In one of the country's least developed areas, the Eastern Cape, public health facilities have experienced severe shortages of essential medicines and medical supplies in the past year. A report published on November 5 by the Eastern Cape Health Crisis Action Coalition details what it calls the "crisis in healthcare" in the region. According to the report, mismanagement by the municipal health department has resulted in stacks of the antiretroviral (ARV) drugs used to treat HIV infection lying in storage while patients are turned away from clinics”.
Minister of Health (Aaron Motsoaledi) points out that South Africa distributes more ARV drugs than any other country, with more than 600,000 people per year registering to receive the medication. According to the National Treasury, the government spent R22.2bn on HIV in 2012/13. R5bn came from donors.
Some data show that South Africa's ARV distribution programme is improving. For instance, according to the National Antenatal Survey, the number of people receiving ARV drugs has increased in the past four years from 923,000 to 2.4 million people, while the number of clinics and hospitals offering the medication has climbed from 490 to 3,540 facilities countrywide.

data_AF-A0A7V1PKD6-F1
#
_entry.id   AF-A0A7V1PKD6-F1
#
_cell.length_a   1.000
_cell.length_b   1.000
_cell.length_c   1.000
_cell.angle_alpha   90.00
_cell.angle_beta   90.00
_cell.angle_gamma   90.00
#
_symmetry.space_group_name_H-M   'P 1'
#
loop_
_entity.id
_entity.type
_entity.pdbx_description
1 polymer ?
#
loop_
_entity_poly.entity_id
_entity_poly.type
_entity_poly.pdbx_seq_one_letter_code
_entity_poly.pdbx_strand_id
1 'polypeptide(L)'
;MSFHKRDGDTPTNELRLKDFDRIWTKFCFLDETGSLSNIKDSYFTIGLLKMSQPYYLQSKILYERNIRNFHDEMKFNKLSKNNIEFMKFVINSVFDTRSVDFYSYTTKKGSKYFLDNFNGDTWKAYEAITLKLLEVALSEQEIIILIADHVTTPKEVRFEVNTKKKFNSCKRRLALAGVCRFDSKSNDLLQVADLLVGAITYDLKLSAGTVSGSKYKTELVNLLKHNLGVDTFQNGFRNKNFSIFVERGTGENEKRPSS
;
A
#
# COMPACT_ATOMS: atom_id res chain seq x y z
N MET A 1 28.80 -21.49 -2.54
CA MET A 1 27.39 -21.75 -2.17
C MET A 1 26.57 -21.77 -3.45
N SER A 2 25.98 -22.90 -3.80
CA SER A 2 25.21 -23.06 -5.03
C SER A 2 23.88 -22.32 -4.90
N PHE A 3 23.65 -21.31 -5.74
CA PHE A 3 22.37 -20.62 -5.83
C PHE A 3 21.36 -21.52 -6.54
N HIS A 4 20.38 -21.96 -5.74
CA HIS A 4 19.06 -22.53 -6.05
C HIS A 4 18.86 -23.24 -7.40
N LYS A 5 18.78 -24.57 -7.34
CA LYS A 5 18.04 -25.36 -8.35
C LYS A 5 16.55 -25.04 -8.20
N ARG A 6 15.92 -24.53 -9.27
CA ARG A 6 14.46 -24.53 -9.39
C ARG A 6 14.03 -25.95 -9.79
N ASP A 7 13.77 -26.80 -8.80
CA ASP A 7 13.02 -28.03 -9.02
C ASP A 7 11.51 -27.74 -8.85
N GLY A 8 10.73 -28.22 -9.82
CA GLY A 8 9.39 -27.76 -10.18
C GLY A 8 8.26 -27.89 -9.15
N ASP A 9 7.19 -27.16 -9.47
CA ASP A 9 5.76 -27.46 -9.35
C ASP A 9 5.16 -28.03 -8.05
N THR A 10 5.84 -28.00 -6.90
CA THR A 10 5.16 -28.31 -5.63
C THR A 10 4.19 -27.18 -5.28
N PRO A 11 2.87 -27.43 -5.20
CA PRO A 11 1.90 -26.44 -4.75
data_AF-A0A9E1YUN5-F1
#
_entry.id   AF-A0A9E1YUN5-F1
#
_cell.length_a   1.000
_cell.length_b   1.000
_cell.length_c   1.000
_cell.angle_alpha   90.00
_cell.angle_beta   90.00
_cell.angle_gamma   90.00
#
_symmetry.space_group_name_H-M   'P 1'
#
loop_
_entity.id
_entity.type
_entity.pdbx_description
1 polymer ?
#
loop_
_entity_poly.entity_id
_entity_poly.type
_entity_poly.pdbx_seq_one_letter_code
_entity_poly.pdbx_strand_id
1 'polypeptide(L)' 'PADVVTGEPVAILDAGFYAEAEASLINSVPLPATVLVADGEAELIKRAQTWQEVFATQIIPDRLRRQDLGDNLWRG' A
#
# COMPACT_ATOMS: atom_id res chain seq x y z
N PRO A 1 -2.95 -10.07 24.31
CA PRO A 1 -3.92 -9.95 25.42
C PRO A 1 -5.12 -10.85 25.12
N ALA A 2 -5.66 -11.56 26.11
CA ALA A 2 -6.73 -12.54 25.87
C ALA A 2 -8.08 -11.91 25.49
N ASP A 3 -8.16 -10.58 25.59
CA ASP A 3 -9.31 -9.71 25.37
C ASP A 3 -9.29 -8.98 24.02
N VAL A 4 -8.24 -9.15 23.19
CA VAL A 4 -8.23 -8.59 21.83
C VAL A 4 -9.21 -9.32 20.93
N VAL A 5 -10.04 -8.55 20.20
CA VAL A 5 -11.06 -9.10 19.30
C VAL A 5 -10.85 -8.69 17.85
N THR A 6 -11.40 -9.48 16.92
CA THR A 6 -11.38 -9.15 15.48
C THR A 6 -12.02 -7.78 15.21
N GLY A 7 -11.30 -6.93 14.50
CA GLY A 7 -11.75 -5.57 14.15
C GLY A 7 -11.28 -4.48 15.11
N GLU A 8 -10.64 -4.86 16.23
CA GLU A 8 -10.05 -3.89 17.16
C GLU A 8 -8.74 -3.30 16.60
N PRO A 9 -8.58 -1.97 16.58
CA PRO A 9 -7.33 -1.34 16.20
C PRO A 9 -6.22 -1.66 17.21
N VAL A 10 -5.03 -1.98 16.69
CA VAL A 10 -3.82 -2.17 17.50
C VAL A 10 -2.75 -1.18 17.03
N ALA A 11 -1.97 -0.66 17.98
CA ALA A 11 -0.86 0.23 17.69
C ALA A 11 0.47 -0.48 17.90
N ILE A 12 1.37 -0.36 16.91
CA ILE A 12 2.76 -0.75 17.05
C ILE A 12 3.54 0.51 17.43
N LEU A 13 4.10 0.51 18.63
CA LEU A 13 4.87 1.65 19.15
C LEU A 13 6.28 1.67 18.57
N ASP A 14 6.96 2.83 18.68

So today, it is timely to remind us all what the national health department’s chief strategy is to combat the scourge of HIV_AIDs in our country: the HIV and AIDS Counselling and Testing (HCT) Campaign. The HCT campaign will scale up the integrated prevention strategy based on:
- behaviour change
- use of barrier methods
- providing medical male circumcision
- scaling up syndrome management of STI
- early prevention of mother-to-child transmission (PMTCT).
A further aim of the HCT Campaign is that people should know their status early. This is being serviced through upscaling HCT services in public and private facilities, homes, workplaces and public spaces.
Too many of us are not paying attention to the impact on all of us if things don't improve. Pretending we will never be affected, if not infected, is too be naive. You may not have the virus, but you are sharing the cost burden to manage the illness in your fellow South African. So, use every opportunity you get to spread the message and the main tenants of the HCT campaign.